Andy Oliver started the 2009 baseball season for Oklahoma State University the same way he ended the 2008 season – pitching the Cowboys to a victory. But it was a win in the courtroom that enabled the lefthander to resume his college career on the diamond.
Oliver was suspended indefinitely by the NCAA last May, and in December, the NCAA decreed that the pitcher should sit out 70% of OSU’s 2009 schedule. Oliver’s transgression was a violation of the “no agent” rule in NCAA Bylaw 12.3. The bylaw states that an individual is ineligible for participation in an intercollegiate sport if he or she ever agrees to be represented by an agent, a rule that is virtually impossible to enforce and is therefore more honored in the breach than in the observance.
But Bylaw 12.3.2 creates an exception to the no agent rule by allowing a student-athlete to “consult” with an attorney, with the additional proviso in Bylaw 220.127.116.11 that an attorney cannot discuss a contract with a professional sports team, nor can an attorney be present during such discussions.
In June of 2006, Oliver was drafted out of high school by the Minnesota Twins. His attorney at the time requested that he be present during contract discussions with a Twins representative in the Oliver home. The attorney assured the pitcher and his family that his presence would not endanger Oliver’s college eligibility.
The discussions proved fruitless and Oliver accepted a scholarship to OSU. When Oliver informed his attorney early last year that he would be consulting another “advisor” - code for agent - the attorney sent the pitcher a statement in the amount of $113,750.00 for legal services related to the failed negotiations with the Twins. When Oliver refused to pay the bill, the attorney reported the bylaw violation to the NCAA. After the NCAA suspended Oliver, he obtained an injunction pending the outcome of a trial.
In a decision that, if sustained on appeal, will have far reaching consequences for student- athletes, a Federal District Court in Ohio ruled that NCAA Bylaw 12.3.2 was an attempt to regulate the role of attorneys; that such action was against the public policy of every state in the union and was therefore void. Judge Tygh Tone said the NCAA can’t tell a student-athlete he can consult with an attorney and then tell the attorney how to represent his client, i.e., when he can be present for negotiations and when he should stay in his office.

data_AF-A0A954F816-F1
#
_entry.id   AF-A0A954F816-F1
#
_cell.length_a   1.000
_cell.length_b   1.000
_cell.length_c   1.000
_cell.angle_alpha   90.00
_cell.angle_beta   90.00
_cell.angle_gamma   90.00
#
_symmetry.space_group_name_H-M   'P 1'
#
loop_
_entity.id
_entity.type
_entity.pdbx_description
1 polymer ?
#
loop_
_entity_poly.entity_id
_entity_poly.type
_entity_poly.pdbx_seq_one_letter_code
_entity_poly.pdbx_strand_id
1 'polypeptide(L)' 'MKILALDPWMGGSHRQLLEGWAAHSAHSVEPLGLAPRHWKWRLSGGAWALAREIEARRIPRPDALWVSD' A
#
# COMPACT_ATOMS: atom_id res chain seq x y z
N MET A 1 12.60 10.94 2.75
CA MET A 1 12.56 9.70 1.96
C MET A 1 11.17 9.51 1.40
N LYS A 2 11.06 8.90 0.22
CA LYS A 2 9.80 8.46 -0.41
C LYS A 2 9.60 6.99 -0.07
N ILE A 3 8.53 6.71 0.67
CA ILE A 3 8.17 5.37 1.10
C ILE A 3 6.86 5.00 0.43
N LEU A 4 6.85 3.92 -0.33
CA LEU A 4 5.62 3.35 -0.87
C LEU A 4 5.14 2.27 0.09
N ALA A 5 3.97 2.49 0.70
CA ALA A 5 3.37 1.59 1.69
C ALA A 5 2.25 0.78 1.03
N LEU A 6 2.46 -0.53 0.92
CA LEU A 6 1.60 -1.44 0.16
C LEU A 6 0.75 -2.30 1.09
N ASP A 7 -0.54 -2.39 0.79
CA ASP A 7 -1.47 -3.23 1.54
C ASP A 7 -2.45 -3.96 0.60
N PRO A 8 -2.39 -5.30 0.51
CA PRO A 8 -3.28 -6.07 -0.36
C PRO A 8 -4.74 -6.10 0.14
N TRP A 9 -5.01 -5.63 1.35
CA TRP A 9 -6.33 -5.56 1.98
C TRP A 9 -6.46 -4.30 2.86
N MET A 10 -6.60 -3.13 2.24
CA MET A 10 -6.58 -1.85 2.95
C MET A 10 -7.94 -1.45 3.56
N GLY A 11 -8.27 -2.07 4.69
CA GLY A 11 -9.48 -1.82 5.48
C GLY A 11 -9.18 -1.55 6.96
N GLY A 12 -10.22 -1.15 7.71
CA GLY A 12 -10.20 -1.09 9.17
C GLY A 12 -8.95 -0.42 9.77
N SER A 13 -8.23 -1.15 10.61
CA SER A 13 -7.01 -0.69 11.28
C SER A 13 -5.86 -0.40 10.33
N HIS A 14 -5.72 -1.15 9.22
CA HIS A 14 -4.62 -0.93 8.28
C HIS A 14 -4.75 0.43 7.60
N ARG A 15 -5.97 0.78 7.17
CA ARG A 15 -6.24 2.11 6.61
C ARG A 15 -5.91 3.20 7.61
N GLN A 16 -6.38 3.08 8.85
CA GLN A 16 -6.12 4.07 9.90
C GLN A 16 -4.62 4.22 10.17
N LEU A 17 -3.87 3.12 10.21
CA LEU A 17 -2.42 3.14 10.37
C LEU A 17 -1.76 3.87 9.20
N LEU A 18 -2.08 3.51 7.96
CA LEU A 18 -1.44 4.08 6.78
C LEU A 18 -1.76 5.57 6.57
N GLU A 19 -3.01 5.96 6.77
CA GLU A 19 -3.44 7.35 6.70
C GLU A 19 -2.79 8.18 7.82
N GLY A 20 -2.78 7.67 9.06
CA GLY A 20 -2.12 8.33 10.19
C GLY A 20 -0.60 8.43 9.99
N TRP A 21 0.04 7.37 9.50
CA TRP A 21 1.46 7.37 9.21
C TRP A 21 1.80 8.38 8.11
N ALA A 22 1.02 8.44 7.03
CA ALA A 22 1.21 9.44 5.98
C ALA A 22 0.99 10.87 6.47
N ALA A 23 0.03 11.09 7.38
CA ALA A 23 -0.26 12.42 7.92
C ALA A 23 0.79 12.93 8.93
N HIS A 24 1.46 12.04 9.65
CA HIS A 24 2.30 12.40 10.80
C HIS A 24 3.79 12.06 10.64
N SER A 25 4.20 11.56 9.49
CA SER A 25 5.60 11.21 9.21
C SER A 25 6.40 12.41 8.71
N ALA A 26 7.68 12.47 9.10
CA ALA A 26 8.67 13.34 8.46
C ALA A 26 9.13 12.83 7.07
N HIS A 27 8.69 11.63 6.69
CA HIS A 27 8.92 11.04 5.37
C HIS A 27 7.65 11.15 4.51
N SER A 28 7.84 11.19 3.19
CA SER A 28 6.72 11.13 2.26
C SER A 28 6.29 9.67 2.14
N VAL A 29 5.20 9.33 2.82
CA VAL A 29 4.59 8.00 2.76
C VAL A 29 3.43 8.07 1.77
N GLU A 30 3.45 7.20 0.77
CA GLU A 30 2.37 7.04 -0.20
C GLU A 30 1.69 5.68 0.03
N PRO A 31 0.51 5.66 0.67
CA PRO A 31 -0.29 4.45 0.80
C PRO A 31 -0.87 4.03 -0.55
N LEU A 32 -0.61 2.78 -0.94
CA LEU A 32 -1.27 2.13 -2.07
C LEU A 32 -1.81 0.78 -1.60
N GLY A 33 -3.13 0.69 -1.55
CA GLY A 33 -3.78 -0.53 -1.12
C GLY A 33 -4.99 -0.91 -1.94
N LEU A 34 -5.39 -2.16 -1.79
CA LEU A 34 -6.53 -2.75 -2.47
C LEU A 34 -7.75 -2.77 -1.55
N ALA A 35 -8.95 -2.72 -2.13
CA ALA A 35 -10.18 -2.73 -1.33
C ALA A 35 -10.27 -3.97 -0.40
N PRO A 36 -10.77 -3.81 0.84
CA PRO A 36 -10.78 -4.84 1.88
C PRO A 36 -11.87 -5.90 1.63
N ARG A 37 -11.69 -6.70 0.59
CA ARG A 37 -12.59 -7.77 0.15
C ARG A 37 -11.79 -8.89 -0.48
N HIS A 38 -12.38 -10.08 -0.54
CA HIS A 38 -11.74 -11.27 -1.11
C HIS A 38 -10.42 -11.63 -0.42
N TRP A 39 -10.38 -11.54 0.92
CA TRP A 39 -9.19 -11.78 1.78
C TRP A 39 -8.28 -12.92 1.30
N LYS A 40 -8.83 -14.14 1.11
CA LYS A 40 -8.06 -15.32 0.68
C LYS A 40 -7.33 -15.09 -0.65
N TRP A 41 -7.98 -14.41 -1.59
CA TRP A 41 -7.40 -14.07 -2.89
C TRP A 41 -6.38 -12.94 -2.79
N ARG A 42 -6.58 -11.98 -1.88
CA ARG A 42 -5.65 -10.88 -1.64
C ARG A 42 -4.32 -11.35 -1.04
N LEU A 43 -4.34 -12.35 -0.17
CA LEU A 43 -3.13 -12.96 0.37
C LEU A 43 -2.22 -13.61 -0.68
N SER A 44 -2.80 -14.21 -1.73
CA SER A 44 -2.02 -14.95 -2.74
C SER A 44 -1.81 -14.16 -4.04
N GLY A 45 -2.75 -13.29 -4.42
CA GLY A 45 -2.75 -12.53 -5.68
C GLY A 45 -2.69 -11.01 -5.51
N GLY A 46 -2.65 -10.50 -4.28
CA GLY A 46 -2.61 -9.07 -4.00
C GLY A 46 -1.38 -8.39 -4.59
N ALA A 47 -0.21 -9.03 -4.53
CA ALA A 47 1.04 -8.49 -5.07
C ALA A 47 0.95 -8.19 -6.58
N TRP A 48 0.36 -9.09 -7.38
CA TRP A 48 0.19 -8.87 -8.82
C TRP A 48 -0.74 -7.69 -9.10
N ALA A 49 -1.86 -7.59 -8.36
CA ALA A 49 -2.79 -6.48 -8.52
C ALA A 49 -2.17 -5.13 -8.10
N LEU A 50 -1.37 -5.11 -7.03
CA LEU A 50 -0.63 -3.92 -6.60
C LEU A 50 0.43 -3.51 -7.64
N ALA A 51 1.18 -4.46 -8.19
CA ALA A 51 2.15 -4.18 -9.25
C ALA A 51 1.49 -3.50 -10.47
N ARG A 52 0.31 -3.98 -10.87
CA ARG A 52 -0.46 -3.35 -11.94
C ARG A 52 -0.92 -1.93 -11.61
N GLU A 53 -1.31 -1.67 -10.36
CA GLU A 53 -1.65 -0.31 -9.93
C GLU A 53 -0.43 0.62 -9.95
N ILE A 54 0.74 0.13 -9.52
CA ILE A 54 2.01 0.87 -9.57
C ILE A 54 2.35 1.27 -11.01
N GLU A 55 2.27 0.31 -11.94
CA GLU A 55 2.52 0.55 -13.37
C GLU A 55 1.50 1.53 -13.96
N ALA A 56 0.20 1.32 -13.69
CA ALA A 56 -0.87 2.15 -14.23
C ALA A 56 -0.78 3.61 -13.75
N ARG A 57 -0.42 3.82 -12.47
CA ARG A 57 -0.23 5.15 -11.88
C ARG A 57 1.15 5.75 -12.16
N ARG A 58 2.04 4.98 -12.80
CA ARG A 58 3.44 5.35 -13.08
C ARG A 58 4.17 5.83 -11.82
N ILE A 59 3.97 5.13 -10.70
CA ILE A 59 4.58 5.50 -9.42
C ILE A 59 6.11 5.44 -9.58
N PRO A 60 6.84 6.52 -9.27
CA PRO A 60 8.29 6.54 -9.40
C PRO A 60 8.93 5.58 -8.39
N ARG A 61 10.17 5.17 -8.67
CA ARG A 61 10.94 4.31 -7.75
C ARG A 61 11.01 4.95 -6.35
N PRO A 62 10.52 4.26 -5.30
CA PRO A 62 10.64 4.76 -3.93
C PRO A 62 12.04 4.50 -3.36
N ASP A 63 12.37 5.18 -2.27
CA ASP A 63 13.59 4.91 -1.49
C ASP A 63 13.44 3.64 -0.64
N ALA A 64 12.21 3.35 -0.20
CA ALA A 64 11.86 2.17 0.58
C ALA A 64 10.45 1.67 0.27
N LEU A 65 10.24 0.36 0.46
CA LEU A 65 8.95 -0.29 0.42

During the trial, the NCAA countered that the no agent rule was actually designed to protect student-athletes, pointing to Article 2.9 of the NCAA Constitution, which states that “…student-athletes should be protected from exploitation by professional and commercial enterprises.” How that is to be accomplished without adequate legal representation at the most crucial stage of negotiations - especially when the other side is far more experienced and prepared than the student-athlete - the NCAA was unable to say.
The no agent rule is absurd on its face. If an athlete’s parent is an attorney or an agent - or even a former professional athlete – he or she may have adequate representation. But if you failed to choose your parents wisely, you are at an extreme disadvantage when it comes to one of the most important decisions of your young life.
The judge also took a swipe at Bylaw 19.7, which states that the NCAA can impose retroactive punishment on student-athletes and member institutions if a student-athlete is allowed to play under an injunction and that order is later overturned. The bylaw serves as both a disincentive to seek court redress and a reluctance on the part of member institutions to allow a student-athlete to participate in athletic competition until the litigation process is complete.
The NCAA has already stated its intention to appeal Judge Tone’s decision. Critics have taken issue with some of the judge’s language, calling it overly broad and not based on sound legal reasoning. And a number of issues remain unanswered, including whether an agent who is not an attorney can represent a student-athlete to the same extent as an attorney.